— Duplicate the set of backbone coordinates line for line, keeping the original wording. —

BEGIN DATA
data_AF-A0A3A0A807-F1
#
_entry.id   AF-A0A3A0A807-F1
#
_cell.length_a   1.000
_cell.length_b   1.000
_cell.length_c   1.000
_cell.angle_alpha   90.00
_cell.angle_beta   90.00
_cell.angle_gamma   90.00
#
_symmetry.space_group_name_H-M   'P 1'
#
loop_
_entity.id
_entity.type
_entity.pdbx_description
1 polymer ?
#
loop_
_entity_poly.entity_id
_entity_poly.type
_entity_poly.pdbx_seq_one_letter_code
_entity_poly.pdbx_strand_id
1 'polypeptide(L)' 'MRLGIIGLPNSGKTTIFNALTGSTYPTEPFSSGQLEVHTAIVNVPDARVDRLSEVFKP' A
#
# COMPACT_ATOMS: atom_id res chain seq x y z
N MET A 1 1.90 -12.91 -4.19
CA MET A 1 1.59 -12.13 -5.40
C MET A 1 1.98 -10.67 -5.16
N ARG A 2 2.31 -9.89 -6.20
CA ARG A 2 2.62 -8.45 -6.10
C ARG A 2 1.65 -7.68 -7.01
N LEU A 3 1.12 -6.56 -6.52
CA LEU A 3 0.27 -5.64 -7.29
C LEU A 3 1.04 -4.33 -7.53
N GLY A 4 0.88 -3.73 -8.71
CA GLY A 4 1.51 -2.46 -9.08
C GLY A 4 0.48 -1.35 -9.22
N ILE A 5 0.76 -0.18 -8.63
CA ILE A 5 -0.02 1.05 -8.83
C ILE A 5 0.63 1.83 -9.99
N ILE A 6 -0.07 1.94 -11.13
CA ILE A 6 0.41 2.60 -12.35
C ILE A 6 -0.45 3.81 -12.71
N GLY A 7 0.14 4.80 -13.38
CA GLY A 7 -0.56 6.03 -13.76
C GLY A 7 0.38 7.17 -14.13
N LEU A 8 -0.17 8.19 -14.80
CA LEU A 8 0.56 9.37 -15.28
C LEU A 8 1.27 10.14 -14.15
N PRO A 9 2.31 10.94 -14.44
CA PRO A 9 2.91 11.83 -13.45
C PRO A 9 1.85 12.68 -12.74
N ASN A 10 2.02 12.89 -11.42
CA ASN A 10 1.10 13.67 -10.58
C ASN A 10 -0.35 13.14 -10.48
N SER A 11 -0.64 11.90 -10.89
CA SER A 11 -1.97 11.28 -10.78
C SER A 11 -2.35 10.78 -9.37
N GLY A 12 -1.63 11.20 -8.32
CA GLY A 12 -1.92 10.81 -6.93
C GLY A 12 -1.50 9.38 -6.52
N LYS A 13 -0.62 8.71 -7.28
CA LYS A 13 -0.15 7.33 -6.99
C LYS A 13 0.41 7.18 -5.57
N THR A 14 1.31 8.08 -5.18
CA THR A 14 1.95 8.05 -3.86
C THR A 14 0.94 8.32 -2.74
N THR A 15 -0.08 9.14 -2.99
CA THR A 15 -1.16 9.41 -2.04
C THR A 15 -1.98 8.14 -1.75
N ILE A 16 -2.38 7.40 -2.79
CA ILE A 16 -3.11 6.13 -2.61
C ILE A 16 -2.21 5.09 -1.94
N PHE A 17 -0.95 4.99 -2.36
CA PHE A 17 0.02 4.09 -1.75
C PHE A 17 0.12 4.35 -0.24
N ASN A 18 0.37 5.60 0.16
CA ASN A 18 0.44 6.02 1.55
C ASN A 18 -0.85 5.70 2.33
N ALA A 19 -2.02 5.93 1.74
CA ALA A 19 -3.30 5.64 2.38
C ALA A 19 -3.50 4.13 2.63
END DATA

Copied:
data_AF-A0A3A0A807-F1
#
_entry.id   AF-A0A3A0A807-F1
#
_cell.length_a   1.000
_cell.length_b   1.000
_cell.length_c   1.000
_cell.angle_alpha   90.00
_cell.angle_beta   90.00
_cell.angle_gamma   90.00
#
_symmetry.space_group_name_H-M   'P 1'
#
loop_
_entity.id
_entity.type
_entity.pdbx_description
1 polymer ?
#
loop_
_entity_poly.entity_id
_entity_poly.type
_entity_poly.pdbx_seq_one_letter_code
_entity_poly.pdbx_strand_id
1 'polypeptide(L)' 'MRLGIIGLPNSGKTTIFNALTGSTYPTEPFSSGQLEVHTAIVNVPDARVDRLSEVFKP' A
#
# COMPACT_ATOMS: atom_id res chain seq x y z
N MET A 1 1.90 -12.91 -4.19
CA MET A 1 1.59 -12.13 -5.40
C MET A 1 1.98 -10.67 -5.16
N ARG A 2 2.31 -9.89 -6.20
CA ARG A 2 2.62 -8.45 -6.10
C ARG A 2 1.65 -7.68 -7.01
N LEU A 3 1.12 -6.56 -6.52
CA LEU A 3 0.27 -5.64 -7.29
C LEU A 3 1.04 -4.33 -7.53
N GLY A 4 0.88 -3.73 -8.71
CA GLY A 4 1.51 -2.46 -9.08
C GLY A 4 0.48 -1.35 -9.22
N ILE A 5 0.76 -0.18 -8.63
CA ILE A 5 -0.02 1.05 -8.83
C ILE A 5 0.63 1.83 -9.99
N ILE A 6 -0.07 1.94 -11.13
CA ILE A 6 0.41 2.60 -12.35
C ILE A 6 -0.45 3.81 -12.71
N GLY A 7 0.14 4.80 -13.38
CA GLY A 7 -0.56 6.03 -13.76
C GLY A 7 0.38 7.17 -14.13
N LEU A 8 -0.17 8.19 -14.80
CA LEU A 8 0.56 9.37 -15.28
C LEU A 8 1.27 10.14 -14.15
N PRO A 9 2.31 10.94 -14.44
CA PRO A 9 2.91 11.83 -13.45
C PRO A 9 1.85 12.68 -12.74
N ASN A 10 2.02 12.89 -11.42
CA ASN A 10 1.10 13.67 -10.58
C ASN A 10 -0.35 13.14 -10.48
N SER A 11 -0.64 11.90 -10.89
CA SER A 11 -1.97 11.28 -10.78
C SER A 11 -2.35 10.78 -9.37
N GLY A 12 -1.63 11.20 -8.32
CA GLY A 12 -1.92 10.81 -6.93
C GLY A 12 -1.50 9.38 -6.52
N LYS A 13 -0.62 8.71 -7.28
CA LYS A 13 -0.15 7.33 -6.99
C LYS A 13 0.41 7.18 -5.57
N THR A 14 1.31 8.08 -5.18
CA THR A 14 1.95 8.05 -3.86
C THR A 14 0.94 8.32 -2.74
N THR A 15 -0.08 9.14 -2.99
CA THR A 15 -1.16 9.41 -2.04
C THR A 15 -1.98 8.14 -1.75
N ILE A 16 -2.38 7.40 -2.79
CA ILE A 16 -3.11 6.13 -2.61
C ILE A 16 -2.21 5.09 -1.94
N PHE A 17 -0.95 4.99 -2.36
CA PHE A 17 0.02 4.09 -1.75
C PHE A 17 0.12 4.35 -0.24
N ASN A 18 0.37 5.60 0.16
CA ASN A 18 0.44 6.02 1.55
C ASN A 18 -0.85 5.70 2.33
N ALA A 19 -2.02 5.93 1.74
CA ALA A 19 -3.30 5.64 2.38
C ALA A 19 -3.50 4.13 2.63